Michael Blazek loves flying first class. We all do. For Blazek, a seat in the front of the airplane means career success.
Now, barring something totally unexpected, it won’t happen again. In fact, he’s probably looking for a new line of work.
Blazek throws baseballs for a living. At least he did. Ever since he was a five-year-old kid he played baseball. Most of us did, too. He was a standout high school ballplayer at Arbor View in Las Vegas. Few of us were. He signed a letter of intent to play shortstop for the University of Nevada-Reno but before he could get to college, he was asked by the St. Louis Cardinals to work out for them. Running wasn’t his thing so instead of humiliating himself in the sixty-yard dash, he decided to forego his tryout as a shortstop and report to the bullpen and throw. He did some pitching at Arbor View High, too. His fastball was clocked at 90-95 mph. Subsequently he was drafted in the 35th round by St. Louis and signed a contract for $20,000. That’s something none of the rest of us ever did.
That was in 2007. He decided college could wait. For the next dozen years, he earned a living as a professional baseball player. But any chance he had of that happening again in 2020 has been extinguished by the plague. He’s thirty-one-years-old with no place to go.
“In baseball if you are thirty years old and not an accomplished major leaguer, you are made to feel like you’re fifty,” Blazek said last week as we finished working out at our local Lifetime Fitness. “I don’t see myself that way. Physically I feel great. I have big league experience. I’m a smarter pitcher than I was five years ago but everyone is looking at youth. I get it, it’s how the business works, but it’s also pretty frustrating.”
Michael’s pitched at all levels of the game — rookie ball, single A, AA, AAA and in the bigs. Over his career he’s landed in more cities than Delta.
However, if this is the end, it will be awfully difficult to top his unlikely 2019 experience after just a year earlier fighting through an arm injury that could have meant the end.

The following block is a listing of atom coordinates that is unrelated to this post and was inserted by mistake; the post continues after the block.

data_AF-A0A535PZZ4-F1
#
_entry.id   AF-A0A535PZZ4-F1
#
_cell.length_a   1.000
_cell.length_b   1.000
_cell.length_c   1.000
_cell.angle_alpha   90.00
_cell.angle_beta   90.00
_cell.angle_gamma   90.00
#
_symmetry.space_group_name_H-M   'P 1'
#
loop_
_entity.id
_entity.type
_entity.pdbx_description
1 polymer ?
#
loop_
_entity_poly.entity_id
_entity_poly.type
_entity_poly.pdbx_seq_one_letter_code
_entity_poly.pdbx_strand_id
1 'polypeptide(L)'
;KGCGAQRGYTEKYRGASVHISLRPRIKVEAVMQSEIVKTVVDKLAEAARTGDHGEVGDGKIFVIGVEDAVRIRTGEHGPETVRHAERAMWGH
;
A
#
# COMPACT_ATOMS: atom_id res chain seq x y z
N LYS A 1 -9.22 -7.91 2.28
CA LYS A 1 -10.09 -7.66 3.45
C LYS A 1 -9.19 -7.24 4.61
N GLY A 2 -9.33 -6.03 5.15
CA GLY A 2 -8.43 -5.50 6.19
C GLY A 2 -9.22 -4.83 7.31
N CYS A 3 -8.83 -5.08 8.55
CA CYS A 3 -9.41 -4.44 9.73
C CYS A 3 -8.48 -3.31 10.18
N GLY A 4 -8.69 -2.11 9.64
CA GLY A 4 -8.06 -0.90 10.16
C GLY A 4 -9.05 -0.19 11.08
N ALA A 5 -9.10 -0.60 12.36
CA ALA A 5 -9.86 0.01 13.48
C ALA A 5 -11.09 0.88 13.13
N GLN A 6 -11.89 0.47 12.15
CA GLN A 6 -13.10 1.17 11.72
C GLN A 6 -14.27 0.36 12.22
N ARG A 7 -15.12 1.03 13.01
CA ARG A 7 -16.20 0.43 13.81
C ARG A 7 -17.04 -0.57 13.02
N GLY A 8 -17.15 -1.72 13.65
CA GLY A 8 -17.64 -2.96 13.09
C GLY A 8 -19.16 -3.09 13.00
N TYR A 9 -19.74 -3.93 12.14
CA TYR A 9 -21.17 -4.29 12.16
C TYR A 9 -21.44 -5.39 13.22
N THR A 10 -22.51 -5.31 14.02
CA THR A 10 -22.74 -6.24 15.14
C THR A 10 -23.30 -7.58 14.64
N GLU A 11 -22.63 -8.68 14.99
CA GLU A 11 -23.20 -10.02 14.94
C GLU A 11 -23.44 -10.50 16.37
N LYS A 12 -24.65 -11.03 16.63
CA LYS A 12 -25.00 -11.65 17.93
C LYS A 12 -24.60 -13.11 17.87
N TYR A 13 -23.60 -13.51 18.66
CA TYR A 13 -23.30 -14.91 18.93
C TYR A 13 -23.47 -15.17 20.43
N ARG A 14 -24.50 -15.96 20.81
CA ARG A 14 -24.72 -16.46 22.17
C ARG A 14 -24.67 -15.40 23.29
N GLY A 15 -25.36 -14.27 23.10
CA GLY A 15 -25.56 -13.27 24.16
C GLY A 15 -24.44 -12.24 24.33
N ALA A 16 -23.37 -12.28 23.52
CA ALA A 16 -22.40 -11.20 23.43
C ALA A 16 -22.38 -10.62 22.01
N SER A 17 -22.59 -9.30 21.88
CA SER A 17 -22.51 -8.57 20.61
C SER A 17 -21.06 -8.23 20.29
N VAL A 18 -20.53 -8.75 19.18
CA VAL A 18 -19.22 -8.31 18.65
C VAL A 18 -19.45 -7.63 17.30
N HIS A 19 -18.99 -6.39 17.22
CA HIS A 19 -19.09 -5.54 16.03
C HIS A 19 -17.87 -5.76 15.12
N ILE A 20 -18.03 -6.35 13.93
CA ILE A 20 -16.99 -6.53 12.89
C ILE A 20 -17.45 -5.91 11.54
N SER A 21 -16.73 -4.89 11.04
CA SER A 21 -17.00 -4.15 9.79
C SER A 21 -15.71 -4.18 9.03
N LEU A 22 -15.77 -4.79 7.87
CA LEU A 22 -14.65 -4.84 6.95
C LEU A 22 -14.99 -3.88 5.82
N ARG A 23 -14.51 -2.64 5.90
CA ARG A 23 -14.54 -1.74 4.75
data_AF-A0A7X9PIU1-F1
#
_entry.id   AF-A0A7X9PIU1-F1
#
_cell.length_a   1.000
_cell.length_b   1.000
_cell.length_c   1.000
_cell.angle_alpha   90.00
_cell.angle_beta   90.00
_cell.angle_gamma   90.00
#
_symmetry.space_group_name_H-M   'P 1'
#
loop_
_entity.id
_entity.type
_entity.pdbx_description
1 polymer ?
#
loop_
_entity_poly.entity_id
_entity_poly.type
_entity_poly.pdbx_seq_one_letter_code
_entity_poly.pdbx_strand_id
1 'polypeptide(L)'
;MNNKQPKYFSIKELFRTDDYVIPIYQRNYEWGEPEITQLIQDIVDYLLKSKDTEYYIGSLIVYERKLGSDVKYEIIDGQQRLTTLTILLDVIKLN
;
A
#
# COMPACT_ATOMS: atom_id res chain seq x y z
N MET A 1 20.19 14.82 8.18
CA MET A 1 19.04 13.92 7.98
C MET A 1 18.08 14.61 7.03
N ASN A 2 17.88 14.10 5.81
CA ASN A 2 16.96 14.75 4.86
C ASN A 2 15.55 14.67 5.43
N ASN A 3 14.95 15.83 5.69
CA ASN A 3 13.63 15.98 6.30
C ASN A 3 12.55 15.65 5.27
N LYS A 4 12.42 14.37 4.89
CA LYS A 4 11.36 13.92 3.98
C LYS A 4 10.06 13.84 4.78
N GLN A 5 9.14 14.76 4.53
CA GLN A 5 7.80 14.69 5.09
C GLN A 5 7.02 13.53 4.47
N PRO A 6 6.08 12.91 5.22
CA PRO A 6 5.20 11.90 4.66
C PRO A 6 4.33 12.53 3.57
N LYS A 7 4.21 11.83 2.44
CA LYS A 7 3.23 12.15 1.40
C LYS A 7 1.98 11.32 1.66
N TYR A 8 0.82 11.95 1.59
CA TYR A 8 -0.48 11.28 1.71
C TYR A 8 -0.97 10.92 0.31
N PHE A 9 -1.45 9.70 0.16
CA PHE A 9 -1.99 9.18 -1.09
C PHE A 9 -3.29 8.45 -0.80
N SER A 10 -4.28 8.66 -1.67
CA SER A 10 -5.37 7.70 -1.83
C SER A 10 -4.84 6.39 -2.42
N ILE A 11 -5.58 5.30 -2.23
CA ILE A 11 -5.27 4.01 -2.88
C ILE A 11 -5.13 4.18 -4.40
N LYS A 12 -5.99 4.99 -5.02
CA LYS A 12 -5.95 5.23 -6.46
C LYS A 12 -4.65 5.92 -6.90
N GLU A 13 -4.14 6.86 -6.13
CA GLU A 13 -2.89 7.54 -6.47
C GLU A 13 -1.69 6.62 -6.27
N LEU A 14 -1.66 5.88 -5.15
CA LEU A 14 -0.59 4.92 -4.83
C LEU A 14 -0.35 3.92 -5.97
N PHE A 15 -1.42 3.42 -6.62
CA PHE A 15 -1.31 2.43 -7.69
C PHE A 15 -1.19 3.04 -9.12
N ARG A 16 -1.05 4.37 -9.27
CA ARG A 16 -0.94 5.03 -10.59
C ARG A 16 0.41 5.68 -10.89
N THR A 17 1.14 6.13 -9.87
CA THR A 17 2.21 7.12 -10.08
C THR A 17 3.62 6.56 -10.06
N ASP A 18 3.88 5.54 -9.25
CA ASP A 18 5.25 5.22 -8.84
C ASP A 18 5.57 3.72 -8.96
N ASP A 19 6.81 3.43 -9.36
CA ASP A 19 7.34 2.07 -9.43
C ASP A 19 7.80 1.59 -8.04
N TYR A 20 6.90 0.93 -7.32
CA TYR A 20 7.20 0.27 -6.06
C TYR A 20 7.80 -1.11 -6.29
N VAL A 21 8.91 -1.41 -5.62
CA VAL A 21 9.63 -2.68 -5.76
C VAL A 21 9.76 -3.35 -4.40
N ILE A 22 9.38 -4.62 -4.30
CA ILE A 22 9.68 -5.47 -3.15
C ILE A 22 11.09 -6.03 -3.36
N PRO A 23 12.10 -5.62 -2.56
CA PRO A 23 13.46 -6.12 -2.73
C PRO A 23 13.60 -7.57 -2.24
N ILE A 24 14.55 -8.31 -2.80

Blazek was one of the final cuts of the Arizona Diamondbacks’ major league roster coming out of spring training in 2018. They gave him a plane ticket, right beside the rear lavatory, and a AAA roster spot in Reno. On the second day of the season he felt a twinge in his right elbow and shortly afterwards his velocity fell from 95-98 mph to a very ordinary 83-84 mph. The diagnosis was a ligament tear, a four-month recovery and rehab. Maybe, just maybe, one day he would pitch again. Miraculously he did get back on the mound before the ‘18 season ended. Arizona sent him to Jackson, TN, the D-Backs AA affiliate, to throw under the watchful eye of Jackson pitching coach and former Cy Young Award winner, Doug Drabek. Arizona didn’t resign him after the 2018 season and if that were the end of Blazek’s career nobody in baseball would have been surprised.
He found his velocity once again that winter and felt strong going into the 2019 season. Washington called for a throwing session before spring training last year but passed on signing him. Though disappointed, Michael was encouraged by his finance, Jayme Martin, to give it one more chance. He inked an Independent League contract with the Lincoln (NB) Salt Dogs for $700 a month, down just a few quid from the half-million he made with Milwaukee three years earlier.
“If I wanted to stay in the game, I really had no choice but to pitch some Independent League ball and hope someone noticed me,” he said. “I was in Lincoln for about ten days when the Nationals called and said they have a spot with their AAA Fresno team. I was out the door, I think, before the call even ended.”
For $15,000 a month Washington got themselves a workhorse out of the bullpen whose elbow was once again feeling like a teenager. Two months later, just after a Fresno outing that Blazek describes as “electric”, he went into the clubhouse and was told the Nationals wanted him to join them in Atlanta the next day.
He laughed. “When you get called up from the minors to the majors, you fly first class. When they send you down, you fly as far back in the airplane as they can find you a seat!”
This time it was two weeks between the front and the back of the plane for Blazek. He was used in four games, pitching five innings, giving up six hits and four earned runs. When they gave him the coach class ticket back to Fresno, he wasn’t surprised.
“I worked my butt off to get there but it was right before the trade deadline and I knew they would need that roster spot after the deadline,” he lamented. “They released me and I went back to the hotel in Washington for three days to see if anyone would claim me. Nobody did so I accepted Washington’s assignment back to Fresno. I never could get back to the way I was throwing before I got called up. I think I put too much pressure on myself.”